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Number Category Status Author Organization Created
0014
Standards Track
Proposal
Xuejie Xiao
Nervos Foundation
2019-01-04

VM Cycle Limits

Introduction

This RFC describes cycle limits used to regulate VM scripts.

CKB VM is a flexible VM that is free to implement many control flow constructs, such as loops or branches. As a result, we will need to enforce certain rules in CKB VM to prevent malicious scripts, such as a script with infinite loops.

We introduce a concept called cycles, each VM instruction or syscall will consume some amount of cycles. At consensus level, a scalar max_block_cycles field is defined so that the sum of cycles consumed by all scripts in a block cannot exceed this value. Otherwise, the block will be rejected. This way we can guarantee all scripts running in CKB VM will halt, or result in error state.

Consensus Change

As mentioned above, a new scalar max_block_cycles field is added to chain spec as a consensus rule, it puts a hard limit on how many cycles a block's scripts can consume. No block can consume cycles larger than max_block_cycles.

Note there's no limit on the cycles for an individual transaction or a script. As long as the whole block consumes cycles less than max_block_cycles, a transaction or a script in that block are free to consume how many cycles they want.

Cycle Measures

Here we will specify the cycles needed by each CKB VM instructions or syscalls. Note right now in the RFC, we define hard rules for each instruction or syscall here, in future this might be moved into consensus rules so we can change them more easily.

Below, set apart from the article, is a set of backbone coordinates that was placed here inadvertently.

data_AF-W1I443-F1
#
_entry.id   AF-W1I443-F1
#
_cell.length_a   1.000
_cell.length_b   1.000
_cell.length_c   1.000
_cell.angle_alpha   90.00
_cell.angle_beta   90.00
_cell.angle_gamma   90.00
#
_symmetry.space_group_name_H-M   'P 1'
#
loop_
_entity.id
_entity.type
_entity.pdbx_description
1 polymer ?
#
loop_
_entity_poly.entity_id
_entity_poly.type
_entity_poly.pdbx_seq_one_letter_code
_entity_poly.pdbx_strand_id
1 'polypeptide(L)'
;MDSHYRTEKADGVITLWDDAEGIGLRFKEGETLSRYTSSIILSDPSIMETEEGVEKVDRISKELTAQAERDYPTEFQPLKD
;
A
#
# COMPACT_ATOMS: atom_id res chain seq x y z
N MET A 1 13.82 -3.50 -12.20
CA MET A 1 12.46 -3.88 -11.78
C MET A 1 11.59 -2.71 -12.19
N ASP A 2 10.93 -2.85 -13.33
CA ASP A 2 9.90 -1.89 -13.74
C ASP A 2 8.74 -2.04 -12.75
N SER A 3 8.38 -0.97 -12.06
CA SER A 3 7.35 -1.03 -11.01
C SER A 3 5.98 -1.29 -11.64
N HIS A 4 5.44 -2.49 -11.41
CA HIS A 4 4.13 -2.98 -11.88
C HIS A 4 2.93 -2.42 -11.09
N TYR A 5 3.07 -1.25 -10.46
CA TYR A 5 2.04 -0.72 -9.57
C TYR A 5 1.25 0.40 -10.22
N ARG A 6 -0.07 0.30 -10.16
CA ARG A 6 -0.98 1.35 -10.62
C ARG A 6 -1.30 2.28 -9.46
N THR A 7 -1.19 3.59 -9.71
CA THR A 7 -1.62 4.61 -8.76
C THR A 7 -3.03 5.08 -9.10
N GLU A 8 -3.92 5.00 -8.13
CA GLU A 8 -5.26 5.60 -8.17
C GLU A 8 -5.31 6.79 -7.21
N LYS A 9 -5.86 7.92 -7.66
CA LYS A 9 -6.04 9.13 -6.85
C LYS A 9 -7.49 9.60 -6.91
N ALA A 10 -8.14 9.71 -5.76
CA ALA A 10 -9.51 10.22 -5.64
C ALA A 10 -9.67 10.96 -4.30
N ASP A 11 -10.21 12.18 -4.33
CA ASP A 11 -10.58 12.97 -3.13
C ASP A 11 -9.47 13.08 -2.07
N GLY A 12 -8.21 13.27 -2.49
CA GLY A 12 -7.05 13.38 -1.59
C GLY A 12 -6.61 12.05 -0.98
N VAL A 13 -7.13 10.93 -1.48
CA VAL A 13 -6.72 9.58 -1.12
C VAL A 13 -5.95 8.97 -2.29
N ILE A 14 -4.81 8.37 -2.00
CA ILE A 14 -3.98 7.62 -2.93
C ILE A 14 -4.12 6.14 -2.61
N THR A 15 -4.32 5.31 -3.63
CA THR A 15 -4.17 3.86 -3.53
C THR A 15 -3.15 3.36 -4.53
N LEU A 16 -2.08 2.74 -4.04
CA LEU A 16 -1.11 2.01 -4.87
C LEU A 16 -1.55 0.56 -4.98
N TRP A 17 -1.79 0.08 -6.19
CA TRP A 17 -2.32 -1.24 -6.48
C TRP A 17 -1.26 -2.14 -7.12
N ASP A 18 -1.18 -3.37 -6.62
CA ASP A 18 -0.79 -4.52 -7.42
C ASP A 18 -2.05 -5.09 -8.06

Note that right now, the cycles used here aren't carefully tested, what's more, hardcoding cycles here is also a temporary solution. In future we plan to have a different RFC that:

  1. Use numbers that go through more testing and real benchmarks to be more realistic.
  2. Put cycle rules in a cell so we can change them without needing hardforks.

Instruction Cycles

All CKB VM instructions consume 1 cycle except the following ones:

Instruction Cycles
JALR 3
JAL 3
J 3
JR 3
BEQ 3
BNE 3
BLT 3
BGE 3
BLTU 3
BGEU 3
BEQZ 3
BNEZ 3
LD 2
SD 2
LDSP 2
SDSP 2
LW 3
LH 3
LB 3
LWU 3
LHU 3
LBU 3
SW 3
SH 3
SB 3
LWSP 3
SWSP 3
MUL 5
MULW 5
MULH 5
MULHU 5
MULHSU 5
DIV 16
DIVW 16
DIVU 16
DIVUW 16
REM 16
REMW 16
REMU 16
REMUW 16
ECALL 0
EBREAK 0

In a nutshell, the following principles are applied in deciding those numbers:

  • Branches should be more expensive than normal instructions.
  • Memory accesses should be more expensive than normal instructions, but since we are using 64-bit system, accessing 64-bit value should take less time than non 64-bit value.
  • Multiplication and divisions should be much more expensive than normal instructions.

Syscall Cycles

Each syscall in CKB has different rules for consuming cycles:

Load TX

Load TX syscall first consumes 10 initial cycles, it then measures the size of the serialized transaction data: for every single byte in the data, it consumes 10 more cycles.